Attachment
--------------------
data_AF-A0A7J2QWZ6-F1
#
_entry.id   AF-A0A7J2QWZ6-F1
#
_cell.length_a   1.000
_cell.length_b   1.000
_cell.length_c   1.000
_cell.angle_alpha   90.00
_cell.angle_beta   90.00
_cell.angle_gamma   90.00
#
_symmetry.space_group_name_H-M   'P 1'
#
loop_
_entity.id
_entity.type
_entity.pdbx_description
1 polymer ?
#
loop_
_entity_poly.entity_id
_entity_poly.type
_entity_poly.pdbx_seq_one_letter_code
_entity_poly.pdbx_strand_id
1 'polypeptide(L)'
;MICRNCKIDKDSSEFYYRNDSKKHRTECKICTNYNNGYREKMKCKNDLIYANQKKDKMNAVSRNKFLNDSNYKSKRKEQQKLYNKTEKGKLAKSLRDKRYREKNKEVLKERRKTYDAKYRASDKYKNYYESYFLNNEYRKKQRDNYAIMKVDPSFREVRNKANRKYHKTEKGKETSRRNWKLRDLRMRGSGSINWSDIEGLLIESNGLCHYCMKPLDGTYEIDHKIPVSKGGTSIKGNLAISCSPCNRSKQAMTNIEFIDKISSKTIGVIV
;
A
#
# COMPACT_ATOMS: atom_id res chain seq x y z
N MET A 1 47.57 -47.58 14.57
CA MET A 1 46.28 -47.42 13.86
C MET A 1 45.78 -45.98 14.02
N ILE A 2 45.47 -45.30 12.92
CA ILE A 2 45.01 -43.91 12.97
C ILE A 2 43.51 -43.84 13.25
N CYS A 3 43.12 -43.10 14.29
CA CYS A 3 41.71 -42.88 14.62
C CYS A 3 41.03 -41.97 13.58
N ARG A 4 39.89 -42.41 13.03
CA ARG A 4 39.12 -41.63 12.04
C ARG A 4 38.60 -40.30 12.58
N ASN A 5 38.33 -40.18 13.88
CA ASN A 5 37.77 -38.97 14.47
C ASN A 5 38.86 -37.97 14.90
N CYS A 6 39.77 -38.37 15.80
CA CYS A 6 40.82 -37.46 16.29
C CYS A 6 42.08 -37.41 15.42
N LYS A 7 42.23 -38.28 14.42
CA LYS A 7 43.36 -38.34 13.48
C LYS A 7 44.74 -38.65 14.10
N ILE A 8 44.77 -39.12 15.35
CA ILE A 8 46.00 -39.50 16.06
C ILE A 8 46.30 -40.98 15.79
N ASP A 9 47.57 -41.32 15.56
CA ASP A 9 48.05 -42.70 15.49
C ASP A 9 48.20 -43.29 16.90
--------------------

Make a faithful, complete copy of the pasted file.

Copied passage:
data_AF-A0A7J2QWZ6-F1
#
_entry.id   AF-A0A7J2QWZ6-F1
#
_cell.length_a   1.000
_cell.length_b   1.000
_cell.length_c   1.000
_cell.angle_alpha   90.00
_cell.angle_beta   90.00
_cell.angle_gamma   90.00
#
_symmetry.space_group_name_H-M   'P 1'
#
loop_
_entity.id
_entity.type
_entity.pdbx_description
1 polymer ?
#
loop_
_entity_poly.entity_id
_entity_poly.type
_entity_poly.pdbx_seq_one_letter_code
_entity_poly.pdbx_strand_id
1 'polypeptide(L)'
;MICRNCKIDKDSSEFYYRNDSKKHRTECKICTNYNNGYREKMKCKNDLIYANQKKDKMNAVSRNKFLNDSNYKSKRKEQQKLYNKTEKGKLAKSLRDKRYREKNKEVLKERRKTYDAKYRASDKYKNYYESYFLNNEYRKKQRDNYAIMKVDPSFREVRNKANRKYHKTEKGKETSRRNWKLRDLRMRGSGSINWSDIEGLLIESNGLCHYCMKPLDGTYEIDHKIPVSKGGTSIKGNLAISCSPCNRSKQAMTNIEFIDKISSKTIGVIV
;
A
#
# COMPACT_ATOMS: atom_id res chain seq x y z
N MET A 1 47.57 -47.58 14.57
CA MET A 1 46.28 -47.42 13.86
C MET A 1 45.78 -45.98 14.02
N ILE A 2 45.47 -45.30 12.92
CA ILE A 2 45.01 -43.91 12.97
C ILE A 2 43.51 -43.84 13.25
N CYS A 3 43.12 -43.10 14.29
CA CYS A 3 41.71 -42.88 14.62
C CYS A 3 41.03 -41.97 13.58
N ARG A 4 39.89 -42.41 13.03
CA ARG A 4 39.12 -41.63 12.04
C ARG A 4 38.60 -40.30 12.58
N ASN A 5 38.33 -40.18 13.88
CA ASN A 5 37.77 -38.97 14.47
C ASN A 5 38.86 -37.97 14.90
N CYS A 6 39.77 -38.37 15.80
CA CYS A 6 40.82 -37.46 16.29
C CYS A 6 42.08 -37.41 15.42
N LYS A 7 42.23 -38.28 14.42
CA LYS A 7 43.36 -38.34 13.48
C LYS A 7 44.74 -38.65 14.10
N ILE A 8 44.77 -39.12 15.35
CA ILE A 8 46.00 -39.50 16.06
C ILE A 8 46.30 -40.98 15.79
N ASP A 9 47.57 -41.32 15.56
CA ASP A 9 48.05 -42.70 15.49
C ASP A 9 48.20 -43.29 16.90